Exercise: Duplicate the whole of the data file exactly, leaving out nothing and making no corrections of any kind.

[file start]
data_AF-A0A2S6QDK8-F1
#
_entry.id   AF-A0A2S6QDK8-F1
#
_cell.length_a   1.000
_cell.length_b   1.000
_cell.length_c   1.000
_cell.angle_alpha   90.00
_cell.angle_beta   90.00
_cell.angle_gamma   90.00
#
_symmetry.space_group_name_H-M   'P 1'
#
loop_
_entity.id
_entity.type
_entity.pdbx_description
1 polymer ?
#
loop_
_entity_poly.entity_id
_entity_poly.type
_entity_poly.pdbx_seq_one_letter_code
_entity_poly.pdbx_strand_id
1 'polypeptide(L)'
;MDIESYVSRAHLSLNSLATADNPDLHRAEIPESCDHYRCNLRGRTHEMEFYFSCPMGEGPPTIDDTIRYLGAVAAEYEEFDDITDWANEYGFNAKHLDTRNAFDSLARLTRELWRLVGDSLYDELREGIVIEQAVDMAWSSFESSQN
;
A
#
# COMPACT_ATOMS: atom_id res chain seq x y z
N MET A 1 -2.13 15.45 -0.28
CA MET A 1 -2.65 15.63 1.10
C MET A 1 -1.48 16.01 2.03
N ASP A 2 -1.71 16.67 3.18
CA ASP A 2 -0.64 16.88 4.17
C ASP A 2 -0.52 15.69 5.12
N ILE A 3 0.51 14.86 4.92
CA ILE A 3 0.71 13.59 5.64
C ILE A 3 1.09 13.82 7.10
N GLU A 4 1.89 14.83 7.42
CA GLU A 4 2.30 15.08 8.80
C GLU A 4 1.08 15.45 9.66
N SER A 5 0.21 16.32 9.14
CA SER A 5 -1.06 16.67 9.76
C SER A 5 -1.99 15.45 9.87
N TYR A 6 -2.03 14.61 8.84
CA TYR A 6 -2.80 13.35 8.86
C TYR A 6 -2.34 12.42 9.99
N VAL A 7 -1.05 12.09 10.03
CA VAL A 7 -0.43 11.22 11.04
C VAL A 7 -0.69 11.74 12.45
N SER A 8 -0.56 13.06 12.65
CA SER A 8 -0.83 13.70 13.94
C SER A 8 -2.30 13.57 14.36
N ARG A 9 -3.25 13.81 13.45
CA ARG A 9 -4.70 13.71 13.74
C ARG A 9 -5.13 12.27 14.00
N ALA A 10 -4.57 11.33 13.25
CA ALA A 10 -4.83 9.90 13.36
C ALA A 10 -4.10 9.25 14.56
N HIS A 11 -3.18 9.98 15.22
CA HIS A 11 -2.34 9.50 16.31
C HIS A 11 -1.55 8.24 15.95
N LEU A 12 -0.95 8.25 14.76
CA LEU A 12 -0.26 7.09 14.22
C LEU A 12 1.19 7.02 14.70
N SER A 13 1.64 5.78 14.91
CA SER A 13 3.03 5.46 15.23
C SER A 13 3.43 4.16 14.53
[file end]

data_AF-A0A2S6QDK8-F1
#
_entry.id   AF-A0A2S6QDK8-F1
#
_cell.length_a   1.000
_cell.length_b   1.000
_cell.length_c   1.000
_cell.angle_alpha   90.00
_cell.angle_beta   90.00
_cell.angle_gamma   90.00
#
_symmetry.space_group_name_H-M   'P 1'
#
loop_
_entity.id
_entity.type
_entity.pdbx_description
1 polymer ?
#
loop_
_entity_poly.entity_id
_entity_poly.type
_entity_poly.pdbx_seq_one_letter_code
_entity_poly.pdbx_strand_id
1 'polypeptide(L)'
;MDIESYVSRAHLSLNSLATADNPDLHRAEIPESCDHYRCNLRGRTHEMEFYFSCPMGEGPPTIDDTIRYLGAVAAEYEEFDDITDWANEYGFNAKHLDTRNAFDSLARLTRELWRLVGDSLYDELREGIVIEQAVDMAWSSFESSQN
;
A
#
# COMPACT_ATOMS: atom_id res chain seq x y z
N MET A 1 -2.13 15.45 -0.28
CA MET A 1 -2.65 15.63 1.10
C MET A 1 -1.48 16.01 2.03
N ASP A 2 -1.71 16.67 3.18
CA ASP A 2 -0.64 16.88 4.17
C ASP A 2 -0.52 15.69 5.12
N ILE A 3 0.51 14.86 4.92
CA ILE A 3 0.71 13.59 5.64
C ILE A 3 1.09 13.82 7.10
N GLU A 4 1.89 14.83 7.42
CA GLU A 4 2.30 15.08 8.80
C GLU A 4 1.08 15.45 9.66
N SER A 5 0.21 16.32 9.14
CA SER A 5 -1.06 16.67 9.76
C SER A 5 -1.99 15.45 9.87
N TYR A 6 -2.03 14.61 8.84
CA TYR A 6 -2.80 13.35 8.86
C TYR A 6 -2.34 12.42 9.99
N VAL A 7 -1.05 12.09 10.03
CA VAL A 7 -0.43 11.22 11.04
C VAL A 7 -0.69 11.74 12.45
N SER A 8 -0.56 13.06 12.65
CA SER A 8 -0.83 13.70 13.94
C SER A 8 -2.30 13.57 14.36
N ARG A 9 -3.25 13.81 13.45
CA ARG A 9 -4.70 13.71 13.74
C ARG A 9 -5.13 12.27 14.00
N ALA A 10 -4.57 11.33 13.25
CA ALA A 10 -4.83 9.90 13.36
C ALA A 10 -4.10 9.25 14.56
N HIS A 11 -3.18 9.98 15.22
CA HIS A 11 -2.34 9.50 16.31
C HIS A 11 -1.55 8.24 15.95
N LEU A 12 -0.95 8.25 14.76
CA LEU A 12 -0.26 7.09 14.22
C LEU A 12 1.19 7.02 14.70
N SER A 13 1.64 5.78 14.91
CA SER A 13 3.03 5.46 15.23
C SER A 13 3.43 4.16 14.53